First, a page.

[guest post by Dana]
Bloomberg is reporting:
The $2 trillion stimulus plan agreed to by White House and Senate leaders would ban any company controlled by President Donald Trump or his children from receiving loans or investments from Treasury programs.
According to a summary circulated by the office of Democratic leader Chuck Schumer, businesses owned by the president, vice president, members of Congress or heads of executive departments would be excluded from receiving that aid. The block also would also extend to companies controlled by their children, spouses or in-laws.
Trump broke with the practice of previous presidents who either divested assets that could cause conflicts of interest or put those assets in blind trusts. Instead, Trump transferred his assets to a revocable trust administered by his elder son, Donald Trump Jr., and Allen Weisselberg, the chief financial officer of the Trump Organization. Several Trump-branded properties have been affected by the virus-induced demand crash, as well as state and local restrictions on going out in public.
The Senate is expected to vote later today on the measure.
On a sidenote, this was Trump on Monday, answering questions about a draft of the bill, and what sort of oversight there would be to ensure a fair and responsible distribution of the $500 billion corporate slush fund:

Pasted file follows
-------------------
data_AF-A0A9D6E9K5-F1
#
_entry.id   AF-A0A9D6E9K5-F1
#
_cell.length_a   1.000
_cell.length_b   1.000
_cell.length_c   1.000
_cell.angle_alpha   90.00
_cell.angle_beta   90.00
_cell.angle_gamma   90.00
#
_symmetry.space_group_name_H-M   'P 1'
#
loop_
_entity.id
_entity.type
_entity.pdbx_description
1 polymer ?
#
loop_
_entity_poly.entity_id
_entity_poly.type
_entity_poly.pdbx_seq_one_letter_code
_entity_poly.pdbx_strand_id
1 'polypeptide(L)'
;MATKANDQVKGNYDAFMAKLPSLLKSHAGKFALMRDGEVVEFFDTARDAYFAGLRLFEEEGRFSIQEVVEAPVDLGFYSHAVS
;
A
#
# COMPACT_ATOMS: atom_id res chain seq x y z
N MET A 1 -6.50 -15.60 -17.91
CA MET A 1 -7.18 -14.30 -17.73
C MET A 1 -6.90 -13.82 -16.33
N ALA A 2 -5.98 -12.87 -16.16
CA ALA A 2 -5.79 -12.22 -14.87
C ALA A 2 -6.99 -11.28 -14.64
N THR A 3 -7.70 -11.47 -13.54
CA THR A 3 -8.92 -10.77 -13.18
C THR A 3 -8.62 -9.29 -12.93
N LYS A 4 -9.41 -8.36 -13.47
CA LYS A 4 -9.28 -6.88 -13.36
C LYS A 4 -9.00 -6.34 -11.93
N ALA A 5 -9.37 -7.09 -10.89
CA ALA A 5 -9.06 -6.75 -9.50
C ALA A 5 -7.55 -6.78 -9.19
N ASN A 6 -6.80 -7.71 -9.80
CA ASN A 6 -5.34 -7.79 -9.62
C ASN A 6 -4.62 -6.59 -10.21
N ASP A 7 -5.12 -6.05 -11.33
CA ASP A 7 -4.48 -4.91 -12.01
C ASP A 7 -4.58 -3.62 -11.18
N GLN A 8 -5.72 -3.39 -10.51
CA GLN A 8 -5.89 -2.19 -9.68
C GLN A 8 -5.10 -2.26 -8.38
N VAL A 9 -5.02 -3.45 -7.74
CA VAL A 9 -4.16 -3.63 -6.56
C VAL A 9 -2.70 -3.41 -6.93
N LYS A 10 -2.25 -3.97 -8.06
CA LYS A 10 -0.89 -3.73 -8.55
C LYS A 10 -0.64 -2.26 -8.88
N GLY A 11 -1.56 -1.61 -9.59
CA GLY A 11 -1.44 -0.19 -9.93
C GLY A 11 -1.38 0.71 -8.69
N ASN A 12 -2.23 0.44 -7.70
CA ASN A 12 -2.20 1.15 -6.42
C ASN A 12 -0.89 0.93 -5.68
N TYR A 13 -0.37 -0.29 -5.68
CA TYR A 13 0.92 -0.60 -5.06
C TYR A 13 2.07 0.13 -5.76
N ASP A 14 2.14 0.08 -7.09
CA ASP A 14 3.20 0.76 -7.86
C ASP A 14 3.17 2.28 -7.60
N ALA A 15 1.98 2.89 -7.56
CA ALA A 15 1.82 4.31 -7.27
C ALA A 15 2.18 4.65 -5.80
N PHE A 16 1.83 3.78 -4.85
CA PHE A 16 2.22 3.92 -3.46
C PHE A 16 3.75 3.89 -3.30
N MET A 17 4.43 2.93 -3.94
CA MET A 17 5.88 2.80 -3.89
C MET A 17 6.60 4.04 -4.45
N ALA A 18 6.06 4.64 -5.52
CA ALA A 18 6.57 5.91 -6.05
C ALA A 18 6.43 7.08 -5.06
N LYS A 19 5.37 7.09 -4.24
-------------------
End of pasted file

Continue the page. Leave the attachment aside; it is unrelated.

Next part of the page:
…how the Republican stimulus bill would responsibly distribute a $500 billion corporate slush fund that currently allows for the Treasury Secretary to withhold the names of the businesses that receive bailout cash.
…Answering the question of who would provide accountability for the unrestricted distribution of half-a-trillion dollars, Trump’s response was even less promising: “I’ll be the oversight. I’ll be the oversight.”
Of course, if Trump were indeed the “oversight,” there would have been serious ethical concerns:
One obvious outcome of this financing arrangement would be to create the all-but-certain outcome that the Treasury would select the Trump Organization as one of the worthy recipients of its largesse. Trump’s vacation properties have indeed been forced to shut down, and while an unbiased manager might not select the Trump Organization over needier coronavirus victims, Trump himself probably thinks differently. Indeed, at his press conference, the president did not even bring himself to deny that he might. “Let’s just see what happens,” he replied, as if the outcome might contain any mystery … The entire concept that the federal government ought to operate independent of the president’s political whims is inherently foreign to Trump.